Land surface models (LSMs) serve as important tools for studying the interactions between the atmosphere and ecosystems, understanding biophysical feedback processes, and predicting future climate. Most state-of-the-art LSMs assessed in the fifth phase of the Coupled Model Inter-comparison project (CMIP5), however, did not include process-based crop models with comprehensive physiology and phenology. One of the most widely used LSMs, the Community Land Model (CLM), has only recently included prognostic crops (CLM4-Crop). This thesis research evaluated the CLM4-Crop LSM for corn and soybean agro-ecosystems using 54 site-years of data, improved its representation of phenology for application within the US Corn Belt, and assessed CLM’s performance in simulating carbon and energy exchange for the conterminous United States. The results indicated that CLM4-Crop has a biased phenology during the early growing season and underestimated carbon emissions from corn and soybean sites. The carbon budget for the conterminous United States estimated by CLM4-Crop showed a greater carbon sink (-0.191±0.020 PgC yr-1) compared to the original CLM4-CN model (-0.139±0.034 PgC yr-1). A modified model, CLM4-CropM, with improved phenology and crop physiological parameters was developed to better simulate crop gross primary production (GPP), ecosystem respiration (ER) and leaf area index (LAI). The key parameters include the maximum carboxylation rate at 25 oC (Vcmax25), specific leaf area at the top of the canopy (slatop) and a parameter determining the initial carbon allocation to leaves (fleafi). CLM4-CropM estimated a smaller carbon sink (-0.094±0.023 PgC yr-1) than either CLM4-CN or CLM4-Crop, and the magnitude and trend of NEE was in good agreement with remote sensing-based estimates. This research has important implications for studying the long-term carbon budget of intensively cultivated regions.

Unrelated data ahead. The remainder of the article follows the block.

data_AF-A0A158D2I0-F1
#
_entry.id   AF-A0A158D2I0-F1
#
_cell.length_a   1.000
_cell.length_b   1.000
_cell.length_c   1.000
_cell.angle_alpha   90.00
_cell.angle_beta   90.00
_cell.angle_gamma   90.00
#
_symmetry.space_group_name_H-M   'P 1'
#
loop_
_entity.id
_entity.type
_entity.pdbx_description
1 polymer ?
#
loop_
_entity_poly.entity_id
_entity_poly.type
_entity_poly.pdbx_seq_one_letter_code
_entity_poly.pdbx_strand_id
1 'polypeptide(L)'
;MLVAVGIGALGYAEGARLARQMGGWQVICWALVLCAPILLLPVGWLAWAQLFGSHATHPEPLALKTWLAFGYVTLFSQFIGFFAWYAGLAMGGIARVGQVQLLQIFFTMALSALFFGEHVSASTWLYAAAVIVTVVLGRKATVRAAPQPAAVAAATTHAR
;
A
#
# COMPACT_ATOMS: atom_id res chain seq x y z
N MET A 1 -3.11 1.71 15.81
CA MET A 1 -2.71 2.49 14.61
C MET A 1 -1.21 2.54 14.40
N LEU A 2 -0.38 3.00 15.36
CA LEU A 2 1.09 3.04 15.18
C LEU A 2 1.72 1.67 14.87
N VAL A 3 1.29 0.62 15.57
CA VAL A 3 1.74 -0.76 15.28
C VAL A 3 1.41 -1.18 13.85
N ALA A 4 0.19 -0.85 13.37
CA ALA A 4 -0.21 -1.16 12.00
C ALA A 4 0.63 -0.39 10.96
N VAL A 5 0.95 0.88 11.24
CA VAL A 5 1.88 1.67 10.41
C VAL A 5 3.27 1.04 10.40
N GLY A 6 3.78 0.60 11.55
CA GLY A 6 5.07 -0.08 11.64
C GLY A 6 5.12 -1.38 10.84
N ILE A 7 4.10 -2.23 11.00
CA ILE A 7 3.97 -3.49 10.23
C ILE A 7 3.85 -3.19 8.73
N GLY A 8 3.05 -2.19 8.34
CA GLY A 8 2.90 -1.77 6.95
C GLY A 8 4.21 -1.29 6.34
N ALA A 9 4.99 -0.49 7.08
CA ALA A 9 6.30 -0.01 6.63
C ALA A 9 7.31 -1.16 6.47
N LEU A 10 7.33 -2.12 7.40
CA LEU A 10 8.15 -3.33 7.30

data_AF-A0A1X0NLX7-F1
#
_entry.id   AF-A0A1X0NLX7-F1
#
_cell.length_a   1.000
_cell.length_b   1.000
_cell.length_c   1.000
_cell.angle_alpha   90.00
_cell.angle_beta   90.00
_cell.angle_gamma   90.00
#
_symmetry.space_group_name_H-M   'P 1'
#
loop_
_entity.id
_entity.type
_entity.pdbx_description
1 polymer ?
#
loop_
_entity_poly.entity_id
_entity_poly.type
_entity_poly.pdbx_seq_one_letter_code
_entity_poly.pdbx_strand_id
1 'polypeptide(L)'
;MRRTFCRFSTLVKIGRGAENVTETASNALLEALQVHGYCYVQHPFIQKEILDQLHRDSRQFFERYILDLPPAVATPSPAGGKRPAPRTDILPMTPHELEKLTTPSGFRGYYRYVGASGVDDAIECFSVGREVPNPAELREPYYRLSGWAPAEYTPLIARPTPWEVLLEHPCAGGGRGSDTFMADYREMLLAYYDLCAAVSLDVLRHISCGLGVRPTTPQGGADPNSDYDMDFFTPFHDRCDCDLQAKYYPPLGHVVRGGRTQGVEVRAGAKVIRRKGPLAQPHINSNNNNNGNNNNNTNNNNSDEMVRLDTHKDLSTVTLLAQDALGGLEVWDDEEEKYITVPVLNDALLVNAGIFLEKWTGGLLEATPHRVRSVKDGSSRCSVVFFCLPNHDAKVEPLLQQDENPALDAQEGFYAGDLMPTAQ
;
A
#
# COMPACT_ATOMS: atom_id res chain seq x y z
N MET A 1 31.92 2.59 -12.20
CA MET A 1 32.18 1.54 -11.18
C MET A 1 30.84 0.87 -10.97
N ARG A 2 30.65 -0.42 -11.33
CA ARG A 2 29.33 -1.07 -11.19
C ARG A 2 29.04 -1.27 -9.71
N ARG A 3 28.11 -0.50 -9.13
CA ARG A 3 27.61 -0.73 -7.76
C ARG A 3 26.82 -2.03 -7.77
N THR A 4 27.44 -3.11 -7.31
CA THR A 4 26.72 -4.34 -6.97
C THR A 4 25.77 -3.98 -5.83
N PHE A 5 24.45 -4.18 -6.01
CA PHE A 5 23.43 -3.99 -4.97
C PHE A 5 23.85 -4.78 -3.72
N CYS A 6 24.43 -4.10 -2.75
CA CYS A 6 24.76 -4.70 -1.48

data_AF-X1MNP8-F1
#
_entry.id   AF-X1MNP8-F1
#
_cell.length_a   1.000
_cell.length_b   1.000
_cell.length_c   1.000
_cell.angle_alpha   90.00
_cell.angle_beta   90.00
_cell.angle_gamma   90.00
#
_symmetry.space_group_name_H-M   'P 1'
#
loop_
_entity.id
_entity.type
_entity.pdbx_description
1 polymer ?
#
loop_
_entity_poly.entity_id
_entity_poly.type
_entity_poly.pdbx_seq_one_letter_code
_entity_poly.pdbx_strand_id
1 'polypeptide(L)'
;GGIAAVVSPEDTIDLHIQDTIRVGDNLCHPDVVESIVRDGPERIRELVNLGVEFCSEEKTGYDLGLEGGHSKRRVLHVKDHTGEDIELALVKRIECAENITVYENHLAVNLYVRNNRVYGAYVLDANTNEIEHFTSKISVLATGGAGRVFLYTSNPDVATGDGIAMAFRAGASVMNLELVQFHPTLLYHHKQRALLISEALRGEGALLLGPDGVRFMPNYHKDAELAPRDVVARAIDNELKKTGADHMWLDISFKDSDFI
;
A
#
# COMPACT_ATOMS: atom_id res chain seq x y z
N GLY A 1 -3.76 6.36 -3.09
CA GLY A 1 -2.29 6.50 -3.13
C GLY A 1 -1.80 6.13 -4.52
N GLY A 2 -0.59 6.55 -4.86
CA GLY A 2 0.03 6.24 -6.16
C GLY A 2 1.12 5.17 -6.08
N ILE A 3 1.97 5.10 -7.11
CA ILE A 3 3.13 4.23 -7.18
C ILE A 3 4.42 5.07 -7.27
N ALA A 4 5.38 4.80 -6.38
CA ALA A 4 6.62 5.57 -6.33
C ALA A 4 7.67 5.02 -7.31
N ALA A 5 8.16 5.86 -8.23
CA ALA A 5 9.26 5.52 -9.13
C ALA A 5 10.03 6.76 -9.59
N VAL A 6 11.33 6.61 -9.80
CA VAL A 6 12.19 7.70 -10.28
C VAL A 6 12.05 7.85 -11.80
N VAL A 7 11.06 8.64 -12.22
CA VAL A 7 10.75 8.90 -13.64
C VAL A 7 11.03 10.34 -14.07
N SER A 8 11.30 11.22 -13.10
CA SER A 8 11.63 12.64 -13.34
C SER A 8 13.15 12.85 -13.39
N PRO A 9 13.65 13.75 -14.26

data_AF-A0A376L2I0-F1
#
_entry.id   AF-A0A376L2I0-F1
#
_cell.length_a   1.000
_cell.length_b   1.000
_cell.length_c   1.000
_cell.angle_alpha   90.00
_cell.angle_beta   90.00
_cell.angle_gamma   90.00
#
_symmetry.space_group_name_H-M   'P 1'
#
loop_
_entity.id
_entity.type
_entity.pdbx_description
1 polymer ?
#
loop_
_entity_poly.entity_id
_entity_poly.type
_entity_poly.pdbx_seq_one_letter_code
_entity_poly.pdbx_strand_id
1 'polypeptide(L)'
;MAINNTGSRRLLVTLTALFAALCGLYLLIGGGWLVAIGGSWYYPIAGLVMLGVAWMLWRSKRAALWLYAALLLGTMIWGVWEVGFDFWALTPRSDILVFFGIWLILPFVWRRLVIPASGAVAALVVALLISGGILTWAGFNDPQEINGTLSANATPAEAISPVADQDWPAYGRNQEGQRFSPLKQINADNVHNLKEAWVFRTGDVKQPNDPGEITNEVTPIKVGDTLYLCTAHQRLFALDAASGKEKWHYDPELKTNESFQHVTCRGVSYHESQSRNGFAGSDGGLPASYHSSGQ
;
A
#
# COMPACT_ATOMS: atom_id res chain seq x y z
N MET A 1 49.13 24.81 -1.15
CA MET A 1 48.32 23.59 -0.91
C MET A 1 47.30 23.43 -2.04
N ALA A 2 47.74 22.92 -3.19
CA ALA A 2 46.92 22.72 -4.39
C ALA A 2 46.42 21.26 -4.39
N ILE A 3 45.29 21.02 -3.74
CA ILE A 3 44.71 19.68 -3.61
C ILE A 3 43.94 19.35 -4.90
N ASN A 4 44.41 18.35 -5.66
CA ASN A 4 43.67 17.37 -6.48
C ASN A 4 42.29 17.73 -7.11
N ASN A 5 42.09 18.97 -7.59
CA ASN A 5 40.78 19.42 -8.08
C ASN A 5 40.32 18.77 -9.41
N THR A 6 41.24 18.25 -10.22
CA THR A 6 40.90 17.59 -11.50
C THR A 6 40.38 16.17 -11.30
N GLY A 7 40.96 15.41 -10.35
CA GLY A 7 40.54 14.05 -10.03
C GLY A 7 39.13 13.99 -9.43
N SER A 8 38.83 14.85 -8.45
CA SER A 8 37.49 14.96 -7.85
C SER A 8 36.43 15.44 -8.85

University of Minnesota Ph.D. dissertation. June 2016. Major: Land and Atmospheric Science. Advisor: Timothy Griffis. 1 computer file (PDF); vii, 131 pages.
Evaluation and Application of the Community Land Model for Simulating Energy and Carbon Exchange in Agricultural Ecosystems.
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